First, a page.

The nutrition mistakes to avoid this summer

During the warmer summer months, stodgy, heavy foods are often replaced with lighter salads, and watery, colourful fruits and vegetables. After all, a hot meaty stew might not seem so tempting on a humid summer’s eve!

Plus, research[1] has also suggested that during the winter months, we are more likely to overeat, as our body’s natural urge is to maintain body fat when it’s cold.

Whilst this summer ‘diet’ may initially appear to be healthier than its wintery counterpart, there are a few nutrition mistakes you may be making this summer, which may in fact not be so healthy.

Here, Eat Natural’s Nutritionist Ashly Volkert gives her verdict on the nutrition mistakes to avoid this summer. Keen to know what a nutritionist eats for breakfast, lunch and dinner? Click here. 

Skipping breakfast

Waking up hot and flustered from a warm night’s sleep can mean that eating a meal is the last thing you feel like doing. Research does in fact suggest how heat impacts appetite, causing us to eat less[2].

However, the first meal of the day is ‘very important’ according to Ashly, who adds that we may go 10 to 12 hours overnight without food, leaving energy reserves low.

“Your body and brain now need fuel and breakfast keeps us going until lunchtime. Plus, breakfast is the first opportunity to provide nutrition to our body and provide it with important vitamins, minerals, and fibre.”

Plus, Ashly explains that breakfast provides us with the energy needed to concentrate on the day ahead and helps us to stay focused whilst also preventing low blood sugar, which can lead to irritability, hunger, and fatigue.

Only eating fruit for breakfast

So now we’ve established why breakfast is important, you might be wondering what’s best to eat first thing? Although fruits are of course filled with goodness, eaten alone, they won’t provide the body with all the nutrients it needs to stay energised.

“A satisfying breakfast that ticks all the nutritional boxes and keeps us going until lunch should aim to include a combination of foods including grains, protein, dairy, and fruits/vegetables.”

In fact, there are several stress-free ways to get more protein.

Ashy adds: “Fruit provides many vitamins and minerals, but it is also important to include protein at breakfast as this helps us to feel a bit fuller and can be quick and easy to include and fibre as this is an important part of cardiovascular and gut health.”

Why not try Greek yoghurt with fruit and Eat Natural granola? Or eggs on wholemeal toast with avocado?

Filling up on juice

There’s something seriously refreshing about a freshly squeezed juice on a warm summer’s day, plus, 150ml of juice counts as one of your five-a-day[3].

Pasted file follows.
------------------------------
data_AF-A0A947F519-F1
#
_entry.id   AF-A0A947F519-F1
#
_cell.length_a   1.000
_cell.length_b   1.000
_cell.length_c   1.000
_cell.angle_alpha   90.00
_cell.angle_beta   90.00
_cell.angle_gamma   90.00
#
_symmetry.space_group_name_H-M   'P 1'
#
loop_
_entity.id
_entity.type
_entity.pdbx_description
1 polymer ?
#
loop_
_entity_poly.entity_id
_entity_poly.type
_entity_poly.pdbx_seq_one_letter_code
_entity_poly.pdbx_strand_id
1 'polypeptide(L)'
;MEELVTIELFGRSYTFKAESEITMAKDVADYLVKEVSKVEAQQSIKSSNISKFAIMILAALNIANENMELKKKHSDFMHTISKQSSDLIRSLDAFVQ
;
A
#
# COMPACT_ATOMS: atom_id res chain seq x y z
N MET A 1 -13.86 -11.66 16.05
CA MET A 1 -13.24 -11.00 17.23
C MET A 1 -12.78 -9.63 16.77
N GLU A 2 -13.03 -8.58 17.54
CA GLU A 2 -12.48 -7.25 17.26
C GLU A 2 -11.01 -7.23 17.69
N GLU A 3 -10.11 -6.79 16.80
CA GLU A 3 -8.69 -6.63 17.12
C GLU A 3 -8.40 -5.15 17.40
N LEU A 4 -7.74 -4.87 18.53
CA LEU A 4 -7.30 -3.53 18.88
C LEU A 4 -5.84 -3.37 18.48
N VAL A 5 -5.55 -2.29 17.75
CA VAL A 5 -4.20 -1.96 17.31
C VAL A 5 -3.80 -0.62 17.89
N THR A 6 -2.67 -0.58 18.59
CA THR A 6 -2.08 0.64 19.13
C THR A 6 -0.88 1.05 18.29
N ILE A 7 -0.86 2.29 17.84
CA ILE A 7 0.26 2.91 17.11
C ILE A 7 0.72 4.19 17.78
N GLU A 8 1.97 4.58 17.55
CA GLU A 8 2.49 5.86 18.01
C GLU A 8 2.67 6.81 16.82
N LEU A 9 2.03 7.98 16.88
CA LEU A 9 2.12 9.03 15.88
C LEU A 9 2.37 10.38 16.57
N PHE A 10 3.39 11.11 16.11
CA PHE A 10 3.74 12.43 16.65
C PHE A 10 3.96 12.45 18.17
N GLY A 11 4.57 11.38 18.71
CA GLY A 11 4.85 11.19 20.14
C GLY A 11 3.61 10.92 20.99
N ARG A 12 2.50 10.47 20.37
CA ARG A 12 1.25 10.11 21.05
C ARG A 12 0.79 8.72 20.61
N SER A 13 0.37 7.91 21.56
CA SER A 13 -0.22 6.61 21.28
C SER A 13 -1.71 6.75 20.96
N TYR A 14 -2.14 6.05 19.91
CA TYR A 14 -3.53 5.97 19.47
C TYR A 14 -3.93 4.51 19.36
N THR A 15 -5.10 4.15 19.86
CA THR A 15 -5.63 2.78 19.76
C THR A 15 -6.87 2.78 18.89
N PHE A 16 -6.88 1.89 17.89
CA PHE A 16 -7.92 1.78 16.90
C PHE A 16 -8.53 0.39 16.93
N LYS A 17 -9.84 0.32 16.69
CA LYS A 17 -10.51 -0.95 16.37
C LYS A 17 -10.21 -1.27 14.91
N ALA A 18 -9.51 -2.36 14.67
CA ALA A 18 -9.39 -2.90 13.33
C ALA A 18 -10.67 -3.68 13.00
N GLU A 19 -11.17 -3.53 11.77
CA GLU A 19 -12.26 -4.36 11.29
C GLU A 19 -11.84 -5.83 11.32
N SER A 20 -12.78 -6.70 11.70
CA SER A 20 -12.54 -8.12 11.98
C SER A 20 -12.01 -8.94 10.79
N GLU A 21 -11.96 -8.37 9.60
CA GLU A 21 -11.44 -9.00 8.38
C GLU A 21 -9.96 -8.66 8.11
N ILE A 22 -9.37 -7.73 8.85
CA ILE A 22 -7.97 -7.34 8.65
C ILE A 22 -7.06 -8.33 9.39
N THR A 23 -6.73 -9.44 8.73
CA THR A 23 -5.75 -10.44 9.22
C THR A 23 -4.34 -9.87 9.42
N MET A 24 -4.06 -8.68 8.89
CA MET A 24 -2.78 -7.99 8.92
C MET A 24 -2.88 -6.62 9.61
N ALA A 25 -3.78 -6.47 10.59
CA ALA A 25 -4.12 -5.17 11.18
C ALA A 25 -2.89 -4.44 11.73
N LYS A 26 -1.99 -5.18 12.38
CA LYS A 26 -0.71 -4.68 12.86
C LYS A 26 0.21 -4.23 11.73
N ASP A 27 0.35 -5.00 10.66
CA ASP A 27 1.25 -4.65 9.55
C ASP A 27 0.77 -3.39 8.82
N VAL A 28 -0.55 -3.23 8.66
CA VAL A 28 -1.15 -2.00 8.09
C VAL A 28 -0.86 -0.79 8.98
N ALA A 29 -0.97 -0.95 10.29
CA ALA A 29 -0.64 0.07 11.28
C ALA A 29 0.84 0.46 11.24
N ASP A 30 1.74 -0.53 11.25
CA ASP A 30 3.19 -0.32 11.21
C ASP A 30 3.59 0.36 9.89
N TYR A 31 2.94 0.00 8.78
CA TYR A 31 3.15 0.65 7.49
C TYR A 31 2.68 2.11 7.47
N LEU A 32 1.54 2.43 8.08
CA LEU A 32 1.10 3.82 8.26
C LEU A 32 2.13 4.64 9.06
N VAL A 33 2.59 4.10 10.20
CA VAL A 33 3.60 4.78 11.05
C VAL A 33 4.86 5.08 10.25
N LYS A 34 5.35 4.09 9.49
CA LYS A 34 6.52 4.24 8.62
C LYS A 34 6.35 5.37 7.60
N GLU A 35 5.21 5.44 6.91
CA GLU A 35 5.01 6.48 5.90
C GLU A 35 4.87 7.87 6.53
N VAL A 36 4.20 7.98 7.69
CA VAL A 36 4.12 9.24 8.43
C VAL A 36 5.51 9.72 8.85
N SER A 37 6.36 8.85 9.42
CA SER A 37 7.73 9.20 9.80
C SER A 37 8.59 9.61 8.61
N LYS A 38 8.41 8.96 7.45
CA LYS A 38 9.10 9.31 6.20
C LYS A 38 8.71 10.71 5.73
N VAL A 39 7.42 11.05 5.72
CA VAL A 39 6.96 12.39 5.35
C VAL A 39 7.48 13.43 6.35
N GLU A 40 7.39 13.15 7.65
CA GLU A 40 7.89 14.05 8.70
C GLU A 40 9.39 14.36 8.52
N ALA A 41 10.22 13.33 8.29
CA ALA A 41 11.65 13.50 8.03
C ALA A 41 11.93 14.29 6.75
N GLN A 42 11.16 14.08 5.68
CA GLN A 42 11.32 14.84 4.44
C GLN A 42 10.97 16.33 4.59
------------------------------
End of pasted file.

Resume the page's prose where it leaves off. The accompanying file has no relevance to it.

“However, more than this provides extra energy without additional nutritional benefits. The sugars in fruit and vegetables are realised when they are juiced or blended making them “free sugars”,” says Ashly.

These sugars are those that are added to foods, too much of which can cause weight gain and tooth decay[4].

“As per the above, the fewer daily meals you have, the less likely you are to have the right balance of nutrients within your diet,” adds Ashly.

Not drinking enough water

During summer, it’s been proven that our water intake and water loss is higher than it is in winter[5]. So it’s important to stay on top of our fluid intake to avoid it dropping. Staying hydrated is vital for so many bodily functions, as well as improved mood, cognition and sleep[6].

The UK’s Eatwell guide says that we should drink 6 to 8 cups or glasses of fluid a day with water, lower fat milk and sugar free drinks including tea and coffee all counting towards our daily fluid intake[7].

“Keep a bottle of water close by to top up fluid levels regularly and keep thirst away especially in the hot weather,” says Ashly.

Concerned that you might be dehydrated? A good rule of thumb is to assess your urine colour. Dark yellow urine is an indicator of dehydration whilst lighter or clearer urine shows that you’re consuming enough fluid[8].

Eating burnt BBQ meat

Eating a BBQ al fresco is popular during summer when it’s warm enough to eat outside! However, it’s important to cook food -particularly meat -correctly.

“Barbecuing foods at very high temperatures until they’re blackened and burnt can produce chemicals and potential carcinogens that are thought to be harmful to health. So be mindful of cooking your food, but don’t overdo it,” warns Ashly.

There are a few ways to minimise your exposure to these chemicals produced from the barbeque.

The National Cancer Institute recommends using a microwave oven to cook meat prior to placing it on a BBQ, as well as continually turning meat over when it’s placed on a high heat source[9].

Ashly adds that the meat itself cooked on a BBQ isn’t always the healthiest choice.

“Although sausages and burgers are popular options on the BBQ, they can also be high in salt and saturated fat. Burgers can be healthier as well as tasty if you make them from scratch with lean quality mince. Leaner cuts of meat, vegetables (healthy veggie kebabs)  and fish can be cooked just as easily and quickly.”